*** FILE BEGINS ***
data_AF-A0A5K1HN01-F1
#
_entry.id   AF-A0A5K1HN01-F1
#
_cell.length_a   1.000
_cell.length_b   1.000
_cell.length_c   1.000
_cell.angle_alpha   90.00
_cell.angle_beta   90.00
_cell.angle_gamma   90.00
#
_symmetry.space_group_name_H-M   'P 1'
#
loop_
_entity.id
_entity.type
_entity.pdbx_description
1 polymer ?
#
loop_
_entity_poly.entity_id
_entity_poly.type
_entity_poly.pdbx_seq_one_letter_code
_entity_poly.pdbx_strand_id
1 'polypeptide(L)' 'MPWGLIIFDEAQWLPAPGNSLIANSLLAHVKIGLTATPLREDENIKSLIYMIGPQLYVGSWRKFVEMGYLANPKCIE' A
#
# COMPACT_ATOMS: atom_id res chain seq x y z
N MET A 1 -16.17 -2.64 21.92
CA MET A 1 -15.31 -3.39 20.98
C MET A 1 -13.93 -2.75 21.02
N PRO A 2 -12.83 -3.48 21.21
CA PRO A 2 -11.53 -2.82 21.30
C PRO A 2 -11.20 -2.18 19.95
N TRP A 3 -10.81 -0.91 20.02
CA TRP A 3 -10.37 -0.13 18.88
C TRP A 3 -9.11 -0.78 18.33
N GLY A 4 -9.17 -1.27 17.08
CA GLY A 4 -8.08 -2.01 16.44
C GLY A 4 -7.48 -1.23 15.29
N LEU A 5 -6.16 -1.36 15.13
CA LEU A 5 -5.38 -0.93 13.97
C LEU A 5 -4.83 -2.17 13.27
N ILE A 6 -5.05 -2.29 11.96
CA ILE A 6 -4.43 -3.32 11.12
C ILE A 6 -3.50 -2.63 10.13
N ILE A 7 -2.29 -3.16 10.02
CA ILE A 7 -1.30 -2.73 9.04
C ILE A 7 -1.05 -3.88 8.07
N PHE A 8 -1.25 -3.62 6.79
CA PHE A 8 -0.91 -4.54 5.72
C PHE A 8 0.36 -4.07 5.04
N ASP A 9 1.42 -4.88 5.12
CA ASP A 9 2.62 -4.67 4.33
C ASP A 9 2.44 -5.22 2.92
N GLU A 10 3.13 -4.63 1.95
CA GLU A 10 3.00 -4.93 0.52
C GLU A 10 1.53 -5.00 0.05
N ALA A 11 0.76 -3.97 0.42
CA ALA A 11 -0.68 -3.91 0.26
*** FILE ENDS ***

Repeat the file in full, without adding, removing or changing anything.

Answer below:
data_AF-A0A5K1HN01-F1
#
_entry.id   AF-A0A5K1HN01-F1
#
_cell.length_a   1.000
_cell.length_b   1.000
_cell.length_c   1.000
_cell.angle_alpha   90.00
_cell.angle_beta   90.00
_cell.angle_gamma   90.00
#
_symmetry.space_group_name_H-M   'P 1'
#
loop_
_entity.id
_entity.type
_entity.pdbx_description
1 polymer ?
#
loop_
_entity_poly.entity_id
_entity_poly.type
_entity_poly.pdbx_seq_one_letter_code
_entity_poly.pdbx_strand_id
1 'polypeptide(L)' 'MPWGLIIFDEAQWLPAPGNSLIANSLLAHVKIGLTATPLREDENIKSLIYMIGPQLYVGSWRKFVEMGYLANPKCIE' A
#
# COMPACT_ATOMS: atom_id res chain seq x y z
N MET A 1 -16.17 -2.64 21.92
CA MET A 1 -15.31 -3.39 20.98
C MET A 1 -13.93 -2.75 21.02
N PRO A 2 -12.83 -3.48 21.21
CA PRO A 2 -11.53 -2.82 21.30
C PRO A 2 -11.20 -2.18 19.95
N TRP A 3 -10.81 -0.91 20.02
CA TRP A 3 -10.37 -0.13 18.88
C TRP A 3 -9.11 -0.78 18.33
N GLY A 4 -9.17 -1.27 17.08
CA GLY A 4 -8.08 -2.01 16.44
C GLY A 4 -7.48 -1.23 15.29
N LEU A 5 -6.16 -1.36 15.13
CA LEU A 5 -5.38 -0.93 13.97
C LEU A 5 -4.83 -2.17 13.27
N ILE A 6 -5.05 -2.29 11.96
CA ILE A 6 -4.43 -3.32 11.12
C ILE A 6 -3.50 -2.63 10.13
N ILE A 7 -2.29 -3.16 10.02
CA ILE A 7 -1.30 -2.73 9.04
C ILE A 7 -1.05 -3.88 8.07
N PHE A 8 -1.25 -3.62 6.79
CA PHE A 8 -0.91 -4.54 5.72
C PHE A 8 0.36 -4.07 5.04
N ASP A 9 1.42 -4.88 5.12
CA ASP A 9 2.62 -4.67 4.33
C ASP A 9 2.44 -5.22 2.92
N GLU A 10 3.13 -4.63 1.95
CA GLU A 10 3.00 -4.93 0.52
C GLU A 10 1.53 -5.00 0.05
N ALA A 11 0.76 -3.97 0.42
CA ALA A 11 -0.68 -3.91 0.26